Title: Black-box Zeroth Order Optimization (in Theory and in Practice)
Abstract: In this talk, we will consider the problem of maximizing a black-box function via noisy and costly queries from a theoretical perspective (a lot of it) as well as applications (an exciting bit). We first motivate the problem by considering a wide variety of engineering design applications from the heuristic optimization of wireless networks to hardware acceleration to neural network architecture search.
In the second part of the talk, we consider the problem in a Bayesian framework with a Gaussian Process prior. In particular, a new algorithm for this problem is proposed, and high probability bounds on its simple and cumulative regret are established. The query point selection rule in most existing methods involves an exhaustive search over an increasingly fine sequence of uniform discretizations of the input space, hence an exponential (with dimension) complexity . Our proposed algorithm, in contrast, adaptively refines the domain. leading to a lower computational complexity (linear in dimension). In addition to the computational gains, sufficient conditions are identified under which the regret bounds of the new algorithm improve upon the known results. We end this segment of the talk by providing an algorithm independent lower bound and, hence, quantifying possible benefits when noisy gradient information is available.
In the third part of the talk, we build on the intuition provided by our work in the Bayesian setting to consider the problem in a non-Bayesian setting where the objective function is assumed to have a kernel representation as well as being smooth. In particular, we propose a variant of our algorithm –augmenting the Gaussian Process based surrogate with local polynomial estimators— with improved regret over prior work. Most notably, our algorithm closes the gap to the (information theoretic) regret lower bound for the class of widely used and practically relevant Matern family of Kernels.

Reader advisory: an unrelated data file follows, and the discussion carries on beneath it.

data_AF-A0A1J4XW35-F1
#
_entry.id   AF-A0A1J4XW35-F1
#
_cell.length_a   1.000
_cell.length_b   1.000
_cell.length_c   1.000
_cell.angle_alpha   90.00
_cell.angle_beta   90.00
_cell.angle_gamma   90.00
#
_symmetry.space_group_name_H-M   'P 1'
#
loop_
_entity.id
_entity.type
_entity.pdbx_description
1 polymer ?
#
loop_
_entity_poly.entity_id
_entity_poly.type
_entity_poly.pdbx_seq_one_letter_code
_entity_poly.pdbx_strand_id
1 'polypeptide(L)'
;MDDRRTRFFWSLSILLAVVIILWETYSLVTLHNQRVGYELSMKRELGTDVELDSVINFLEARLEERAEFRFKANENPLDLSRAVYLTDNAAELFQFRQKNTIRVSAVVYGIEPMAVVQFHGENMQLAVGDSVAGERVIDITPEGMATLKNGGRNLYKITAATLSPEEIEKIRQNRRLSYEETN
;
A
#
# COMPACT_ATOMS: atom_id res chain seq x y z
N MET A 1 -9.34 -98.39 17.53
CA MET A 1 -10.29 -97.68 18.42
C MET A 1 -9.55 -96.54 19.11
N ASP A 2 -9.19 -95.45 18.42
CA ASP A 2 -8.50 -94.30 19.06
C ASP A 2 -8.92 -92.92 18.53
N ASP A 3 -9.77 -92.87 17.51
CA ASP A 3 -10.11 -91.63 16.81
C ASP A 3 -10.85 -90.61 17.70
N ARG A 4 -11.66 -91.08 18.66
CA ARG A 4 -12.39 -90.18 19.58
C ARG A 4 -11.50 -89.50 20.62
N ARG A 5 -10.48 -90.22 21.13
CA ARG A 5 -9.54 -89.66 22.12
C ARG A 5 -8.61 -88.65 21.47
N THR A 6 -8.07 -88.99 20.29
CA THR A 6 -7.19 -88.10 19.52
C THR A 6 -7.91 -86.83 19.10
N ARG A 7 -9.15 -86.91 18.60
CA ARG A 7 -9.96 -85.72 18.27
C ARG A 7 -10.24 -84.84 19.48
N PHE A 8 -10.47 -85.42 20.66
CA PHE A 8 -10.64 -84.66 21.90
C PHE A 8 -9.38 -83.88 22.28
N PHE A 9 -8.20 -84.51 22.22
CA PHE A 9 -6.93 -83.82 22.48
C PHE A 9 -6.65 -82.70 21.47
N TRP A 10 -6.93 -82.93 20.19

This is joint work with my PhD student Shekhar Shubhanshu.
Bio: Tara Javidi received her BS in electrical engineering at Sharif University of Technology, Tehran, Iran. She received her MS degrees in electrical engineering (systems) and in applied mathematics (stochastic analysis) from the University of Michigan, Ann Arbor as well as her Ph.D. in electrical engineering and computer science. From 2002 to 2004, Tara Javidi was an assistant professor at the Electrical Engineering Department, University of Washington, Seattle. In 2005, she joined the University of California, San Diego, where she is currently a professor of electrical and computer engineering and a founding co-director of the Center for Machine-Integrated Computing and Security (MICS).
Tara Javidi’s research interests are in the theory of active learning, active hypothesis testing, information theory with feedback, stochastic control theory, and wireless and communication networks.